If you are thinking about getting a divorce in 2021, there is no getting around the fact that you will need to familiarize yourself with Texas’ divorce laws. While you do not need to understand all of the intricacies of Texas’ divorce laws in detail, you do need to have at least a basic understanding of the fundamental principles that will govern both the process and the outcome of your divorce. Here, McKinney divorce lawyer J. Ryan Nordhaus provides an introduction to what you need to know:

In Texas, You Can File for Divorce on Fault-Based or “No Fault” Grounds

Under Texas law, spouses have the option to file for divorce on either fault-based or “no fault” grounds. While you might want to file for a fault-based divorce if your spouse has cheated on you or engaged in any other form of “marital fault,” this may or may not actually be in your best interests. Filing for a fault-based divorce almost invariably makes the process more contentious (and therefore more costly); and, depending on the circumstances involved, filing for a “no fault” divorce could still potentially produce a better overall result.

Texas Follows the Rule of “Community Property”

When you get divorced, dividing your assets is an important part of the process. Texas is a “community property” state, which means that most (if not all) assets acquired during a couple’s marriage are subject to division in their divorce. Importantly, however, while some community property states require a 50-50 distribution, Texas law requires community property to be divided according to what is “just and right.” In many cases, this will not mean an equal split.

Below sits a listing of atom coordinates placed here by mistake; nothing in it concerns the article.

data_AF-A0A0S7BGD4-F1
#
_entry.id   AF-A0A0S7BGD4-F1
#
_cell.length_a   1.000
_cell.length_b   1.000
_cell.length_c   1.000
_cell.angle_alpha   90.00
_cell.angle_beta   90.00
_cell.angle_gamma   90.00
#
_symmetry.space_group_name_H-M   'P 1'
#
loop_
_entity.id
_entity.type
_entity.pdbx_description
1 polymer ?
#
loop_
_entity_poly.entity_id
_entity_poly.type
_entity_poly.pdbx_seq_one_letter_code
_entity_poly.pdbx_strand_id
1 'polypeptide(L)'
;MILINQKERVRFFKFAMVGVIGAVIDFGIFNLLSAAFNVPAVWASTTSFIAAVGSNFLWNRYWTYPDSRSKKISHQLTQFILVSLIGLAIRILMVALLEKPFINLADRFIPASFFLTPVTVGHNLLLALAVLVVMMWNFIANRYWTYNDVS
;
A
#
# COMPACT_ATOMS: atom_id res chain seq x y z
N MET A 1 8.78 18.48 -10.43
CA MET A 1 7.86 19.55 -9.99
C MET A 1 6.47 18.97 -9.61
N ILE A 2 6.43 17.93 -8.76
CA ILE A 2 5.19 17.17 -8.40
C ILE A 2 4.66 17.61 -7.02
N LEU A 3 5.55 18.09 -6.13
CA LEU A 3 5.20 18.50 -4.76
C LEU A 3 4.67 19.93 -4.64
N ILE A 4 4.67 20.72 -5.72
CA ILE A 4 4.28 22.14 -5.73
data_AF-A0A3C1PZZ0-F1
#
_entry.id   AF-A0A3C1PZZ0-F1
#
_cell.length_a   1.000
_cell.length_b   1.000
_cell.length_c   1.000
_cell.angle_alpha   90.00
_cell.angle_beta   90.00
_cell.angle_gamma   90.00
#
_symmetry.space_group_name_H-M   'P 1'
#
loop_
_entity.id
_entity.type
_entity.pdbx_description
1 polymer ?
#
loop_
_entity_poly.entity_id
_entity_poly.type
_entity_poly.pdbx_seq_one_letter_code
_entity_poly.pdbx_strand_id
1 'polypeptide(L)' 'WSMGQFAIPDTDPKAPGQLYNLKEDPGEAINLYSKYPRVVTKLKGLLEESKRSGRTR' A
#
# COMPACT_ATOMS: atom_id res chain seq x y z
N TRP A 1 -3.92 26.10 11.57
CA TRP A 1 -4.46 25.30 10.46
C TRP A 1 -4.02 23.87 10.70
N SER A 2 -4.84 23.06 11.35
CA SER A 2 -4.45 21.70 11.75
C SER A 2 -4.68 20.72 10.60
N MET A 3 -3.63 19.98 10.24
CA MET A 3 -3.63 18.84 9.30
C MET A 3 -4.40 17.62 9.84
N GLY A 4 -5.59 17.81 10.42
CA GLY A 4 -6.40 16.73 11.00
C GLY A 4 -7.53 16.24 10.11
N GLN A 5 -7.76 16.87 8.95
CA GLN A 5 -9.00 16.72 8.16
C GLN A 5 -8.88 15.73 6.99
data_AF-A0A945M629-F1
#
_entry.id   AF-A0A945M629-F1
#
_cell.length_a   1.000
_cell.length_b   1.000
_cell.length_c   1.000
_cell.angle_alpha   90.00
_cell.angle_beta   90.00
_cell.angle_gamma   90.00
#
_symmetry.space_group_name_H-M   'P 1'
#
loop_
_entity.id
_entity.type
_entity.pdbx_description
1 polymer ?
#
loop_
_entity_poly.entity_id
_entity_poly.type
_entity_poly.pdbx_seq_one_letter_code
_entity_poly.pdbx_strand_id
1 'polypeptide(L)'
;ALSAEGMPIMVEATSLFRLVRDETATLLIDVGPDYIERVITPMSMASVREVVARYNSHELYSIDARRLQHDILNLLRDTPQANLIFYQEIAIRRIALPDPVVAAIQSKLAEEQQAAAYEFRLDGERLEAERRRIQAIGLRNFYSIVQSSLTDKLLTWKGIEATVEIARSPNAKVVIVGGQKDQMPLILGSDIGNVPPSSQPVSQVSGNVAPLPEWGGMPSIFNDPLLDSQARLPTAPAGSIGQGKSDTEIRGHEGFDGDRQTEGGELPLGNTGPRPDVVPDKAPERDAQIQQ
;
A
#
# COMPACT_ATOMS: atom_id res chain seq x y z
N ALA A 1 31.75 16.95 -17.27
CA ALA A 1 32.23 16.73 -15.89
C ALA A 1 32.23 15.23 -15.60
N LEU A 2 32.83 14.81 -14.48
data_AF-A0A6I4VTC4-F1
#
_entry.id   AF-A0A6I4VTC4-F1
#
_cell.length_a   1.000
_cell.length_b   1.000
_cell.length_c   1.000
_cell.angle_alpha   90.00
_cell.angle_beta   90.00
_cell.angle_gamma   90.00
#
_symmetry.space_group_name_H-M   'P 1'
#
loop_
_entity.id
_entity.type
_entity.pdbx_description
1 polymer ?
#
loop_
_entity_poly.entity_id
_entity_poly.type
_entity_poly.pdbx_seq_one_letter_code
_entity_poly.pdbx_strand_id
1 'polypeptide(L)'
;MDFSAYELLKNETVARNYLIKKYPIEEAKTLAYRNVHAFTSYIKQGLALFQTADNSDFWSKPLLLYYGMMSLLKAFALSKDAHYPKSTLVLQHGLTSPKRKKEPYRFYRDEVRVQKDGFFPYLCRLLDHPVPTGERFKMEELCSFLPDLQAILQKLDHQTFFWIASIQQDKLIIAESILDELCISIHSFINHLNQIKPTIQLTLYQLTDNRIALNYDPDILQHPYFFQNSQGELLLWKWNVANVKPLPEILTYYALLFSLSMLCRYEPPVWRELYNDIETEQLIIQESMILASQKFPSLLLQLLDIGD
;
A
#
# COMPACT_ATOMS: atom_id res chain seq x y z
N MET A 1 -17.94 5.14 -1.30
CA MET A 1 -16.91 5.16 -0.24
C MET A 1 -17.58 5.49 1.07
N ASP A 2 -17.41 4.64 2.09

Texas Has a 60-Day “Waiting Period” for Getting Divorced

Even if you are ready for your marriage to be over immediately, Texas law requires you to wait a minimum of 60 days before you can finalize your divorce. As a practical matter, however, this is a reasonable amount of time for spouses to resolve the various issues involved (i.e. property division, spousal support, child support and child custody). In many cases, it can take much longer than 60 days for spouses to come to terms; and, if you need to take your divorce to court, then the 60-day waiting period will not be an issue.

In Texas, All Custody Decisions Must Focus on the Children’s “Best Interests”

Like other states, Texas requires divorcing parents to make custody decisions based upon what is in the “best interests” of their children. The Texas Statutes establish a list of “best interests” factors that parents must consider when developing their post-divorce custody arrangement. While Texas parents have a lot of flexibility to develop a workable parenting plan, if they cannot demonstrate that they have taken the “best interests” factors into account, then they may not be able to get their parenting plan approved by the court.

Request a Free Initial Consultation with McKinney Divorce Lawyer J. Ryan Nordhaus

Are you thinking about getting divorced in 2021? If so, we encourage you to schedule a free initial consultation so that you can learn more about what lies ahead. To discuss your divorce with attorney J. Ryan Nordhaus in confidence, call Nordhaus & Nordhaus, PC at 214-726-1450 or request an appointment online today.